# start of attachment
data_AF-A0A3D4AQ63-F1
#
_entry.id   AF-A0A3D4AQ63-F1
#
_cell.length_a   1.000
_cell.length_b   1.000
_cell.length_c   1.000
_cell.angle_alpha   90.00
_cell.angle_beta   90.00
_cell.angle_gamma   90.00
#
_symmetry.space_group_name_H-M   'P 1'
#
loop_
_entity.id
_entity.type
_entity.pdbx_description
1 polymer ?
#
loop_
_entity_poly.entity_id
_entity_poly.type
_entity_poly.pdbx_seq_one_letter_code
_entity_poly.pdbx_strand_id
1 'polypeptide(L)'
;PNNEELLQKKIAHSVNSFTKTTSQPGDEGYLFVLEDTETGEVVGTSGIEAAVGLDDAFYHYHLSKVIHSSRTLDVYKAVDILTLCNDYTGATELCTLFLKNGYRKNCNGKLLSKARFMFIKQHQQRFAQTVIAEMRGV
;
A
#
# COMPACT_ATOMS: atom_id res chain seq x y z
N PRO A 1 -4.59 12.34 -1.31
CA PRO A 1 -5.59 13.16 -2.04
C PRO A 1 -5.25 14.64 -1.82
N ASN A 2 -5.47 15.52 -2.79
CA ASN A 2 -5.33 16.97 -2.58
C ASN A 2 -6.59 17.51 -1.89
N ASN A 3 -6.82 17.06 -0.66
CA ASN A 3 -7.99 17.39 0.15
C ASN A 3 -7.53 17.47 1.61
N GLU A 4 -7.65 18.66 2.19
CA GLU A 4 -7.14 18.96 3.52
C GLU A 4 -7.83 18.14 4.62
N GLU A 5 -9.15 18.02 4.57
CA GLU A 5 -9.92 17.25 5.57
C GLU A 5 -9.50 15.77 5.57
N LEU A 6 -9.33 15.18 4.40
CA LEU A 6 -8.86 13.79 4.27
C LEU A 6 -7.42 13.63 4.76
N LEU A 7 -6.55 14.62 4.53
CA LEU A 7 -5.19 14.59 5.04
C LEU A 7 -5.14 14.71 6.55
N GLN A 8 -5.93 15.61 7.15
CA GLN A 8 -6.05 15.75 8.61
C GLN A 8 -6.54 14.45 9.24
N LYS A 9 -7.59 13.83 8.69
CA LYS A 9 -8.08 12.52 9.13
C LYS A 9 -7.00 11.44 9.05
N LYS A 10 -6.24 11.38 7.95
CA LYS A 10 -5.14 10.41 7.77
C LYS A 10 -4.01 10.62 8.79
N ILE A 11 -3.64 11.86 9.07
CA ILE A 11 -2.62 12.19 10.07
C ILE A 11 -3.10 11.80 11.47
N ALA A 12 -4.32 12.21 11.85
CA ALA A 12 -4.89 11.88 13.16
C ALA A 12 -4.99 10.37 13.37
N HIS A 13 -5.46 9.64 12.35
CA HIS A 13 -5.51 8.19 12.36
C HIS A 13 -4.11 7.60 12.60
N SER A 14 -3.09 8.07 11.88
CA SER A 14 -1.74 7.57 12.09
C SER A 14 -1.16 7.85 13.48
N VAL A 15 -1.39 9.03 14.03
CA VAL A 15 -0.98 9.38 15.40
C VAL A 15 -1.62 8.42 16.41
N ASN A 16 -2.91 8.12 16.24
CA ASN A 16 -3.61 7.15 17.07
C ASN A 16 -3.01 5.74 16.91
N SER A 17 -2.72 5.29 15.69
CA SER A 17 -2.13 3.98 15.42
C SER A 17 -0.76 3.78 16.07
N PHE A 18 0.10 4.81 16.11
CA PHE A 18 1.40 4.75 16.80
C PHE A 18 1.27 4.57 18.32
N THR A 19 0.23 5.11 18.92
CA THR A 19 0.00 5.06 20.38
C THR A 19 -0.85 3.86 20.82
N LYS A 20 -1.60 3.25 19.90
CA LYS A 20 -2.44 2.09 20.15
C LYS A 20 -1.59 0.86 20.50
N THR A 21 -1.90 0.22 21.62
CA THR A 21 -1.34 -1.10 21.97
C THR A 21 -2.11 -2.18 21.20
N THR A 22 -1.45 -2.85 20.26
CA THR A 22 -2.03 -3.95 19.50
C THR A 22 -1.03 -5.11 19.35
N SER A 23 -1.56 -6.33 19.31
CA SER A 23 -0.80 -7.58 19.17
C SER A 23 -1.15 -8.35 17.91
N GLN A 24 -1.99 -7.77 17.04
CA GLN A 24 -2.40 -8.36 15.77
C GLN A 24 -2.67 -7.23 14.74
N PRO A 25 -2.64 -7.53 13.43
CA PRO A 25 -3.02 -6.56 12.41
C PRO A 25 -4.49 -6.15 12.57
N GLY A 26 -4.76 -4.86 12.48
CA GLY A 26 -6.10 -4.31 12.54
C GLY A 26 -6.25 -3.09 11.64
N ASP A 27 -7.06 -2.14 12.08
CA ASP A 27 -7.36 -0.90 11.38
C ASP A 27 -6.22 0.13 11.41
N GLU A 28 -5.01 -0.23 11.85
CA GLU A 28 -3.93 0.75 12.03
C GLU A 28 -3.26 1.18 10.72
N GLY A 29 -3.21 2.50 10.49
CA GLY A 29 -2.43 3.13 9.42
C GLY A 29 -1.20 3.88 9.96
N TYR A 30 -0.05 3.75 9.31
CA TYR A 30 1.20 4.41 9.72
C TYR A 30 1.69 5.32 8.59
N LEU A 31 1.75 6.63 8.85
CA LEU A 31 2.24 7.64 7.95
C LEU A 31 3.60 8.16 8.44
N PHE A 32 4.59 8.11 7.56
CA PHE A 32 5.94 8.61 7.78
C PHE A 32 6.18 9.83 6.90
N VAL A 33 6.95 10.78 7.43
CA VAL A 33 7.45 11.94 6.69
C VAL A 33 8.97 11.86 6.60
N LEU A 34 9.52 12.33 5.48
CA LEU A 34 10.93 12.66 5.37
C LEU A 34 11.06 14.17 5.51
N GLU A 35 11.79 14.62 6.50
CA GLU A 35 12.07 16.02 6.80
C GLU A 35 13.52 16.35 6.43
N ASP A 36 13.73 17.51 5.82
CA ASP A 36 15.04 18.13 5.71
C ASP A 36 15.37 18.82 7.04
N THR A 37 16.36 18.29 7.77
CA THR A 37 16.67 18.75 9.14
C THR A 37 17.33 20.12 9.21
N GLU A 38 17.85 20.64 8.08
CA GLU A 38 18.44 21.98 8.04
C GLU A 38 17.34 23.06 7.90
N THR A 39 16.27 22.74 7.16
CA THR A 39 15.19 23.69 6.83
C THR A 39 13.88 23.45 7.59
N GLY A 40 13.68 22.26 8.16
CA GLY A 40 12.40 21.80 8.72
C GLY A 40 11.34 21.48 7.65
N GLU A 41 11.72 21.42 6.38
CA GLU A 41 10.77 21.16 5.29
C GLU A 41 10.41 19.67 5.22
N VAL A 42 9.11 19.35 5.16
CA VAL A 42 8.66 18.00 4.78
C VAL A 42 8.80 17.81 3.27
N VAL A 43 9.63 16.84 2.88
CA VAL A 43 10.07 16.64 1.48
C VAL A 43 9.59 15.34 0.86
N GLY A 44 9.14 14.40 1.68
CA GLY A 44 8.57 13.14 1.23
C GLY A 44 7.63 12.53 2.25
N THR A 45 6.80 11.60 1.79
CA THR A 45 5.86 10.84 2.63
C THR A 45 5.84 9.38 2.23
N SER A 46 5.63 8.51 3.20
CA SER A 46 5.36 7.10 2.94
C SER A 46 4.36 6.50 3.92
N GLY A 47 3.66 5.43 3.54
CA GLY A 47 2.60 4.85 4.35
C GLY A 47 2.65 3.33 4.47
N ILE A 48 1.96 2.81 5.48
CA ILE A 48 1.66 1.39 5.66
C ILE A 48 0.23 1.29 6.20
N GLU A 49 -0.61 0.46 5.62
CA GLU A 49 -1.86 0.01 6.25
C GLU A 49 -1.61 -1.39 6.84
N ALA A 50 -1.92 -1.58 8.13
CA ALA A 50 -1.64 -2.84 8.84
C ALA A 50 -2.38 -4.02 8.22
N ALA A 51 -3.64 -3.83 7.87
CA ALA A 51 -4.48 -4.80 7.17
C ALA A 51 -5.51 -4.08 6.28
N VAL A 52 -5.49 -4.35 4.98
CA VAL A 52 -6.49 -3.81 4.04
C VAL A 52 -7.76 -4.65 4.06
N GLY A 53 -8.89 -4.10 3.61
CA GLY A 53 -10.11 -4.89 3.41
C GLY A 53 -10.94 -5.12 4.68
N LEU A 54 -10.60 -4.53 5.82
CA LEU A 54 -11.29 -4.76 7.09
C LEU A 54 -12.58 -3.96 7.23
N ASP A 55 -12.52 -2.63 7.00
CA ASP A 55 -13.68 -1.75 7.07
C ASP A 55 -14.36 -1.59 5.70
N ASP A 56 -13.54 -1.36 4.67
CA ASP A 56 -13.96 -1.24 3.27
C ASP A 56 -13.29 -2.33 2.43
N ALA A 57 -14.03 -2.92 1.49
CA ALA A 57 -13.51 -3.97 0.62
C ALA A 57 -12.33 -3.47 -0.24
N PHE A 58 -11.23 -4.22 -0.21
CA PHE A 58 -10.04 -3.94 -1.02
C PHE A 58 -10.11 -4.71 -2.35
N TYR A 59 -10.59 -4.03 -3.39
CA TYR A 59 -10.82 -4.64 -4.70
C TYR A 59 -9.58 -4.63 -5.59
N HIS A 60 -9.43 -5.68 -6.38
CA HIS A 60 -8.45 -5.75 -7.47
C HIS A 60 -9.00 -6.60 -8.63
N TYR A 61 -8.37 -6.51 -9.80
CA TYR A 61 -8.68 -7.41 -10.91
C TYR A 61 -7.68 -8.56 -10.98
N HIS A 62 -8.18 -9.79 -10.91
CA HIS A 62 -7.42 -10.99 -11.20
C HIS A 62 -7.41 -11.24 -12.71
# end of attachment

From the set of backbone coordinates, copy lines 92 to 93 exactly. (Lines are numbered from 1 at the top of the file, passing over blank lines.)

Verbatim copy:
CA THR A 21 -1.34 -1.10 21.97
C THR A 21 -2.11 -2.18 21.20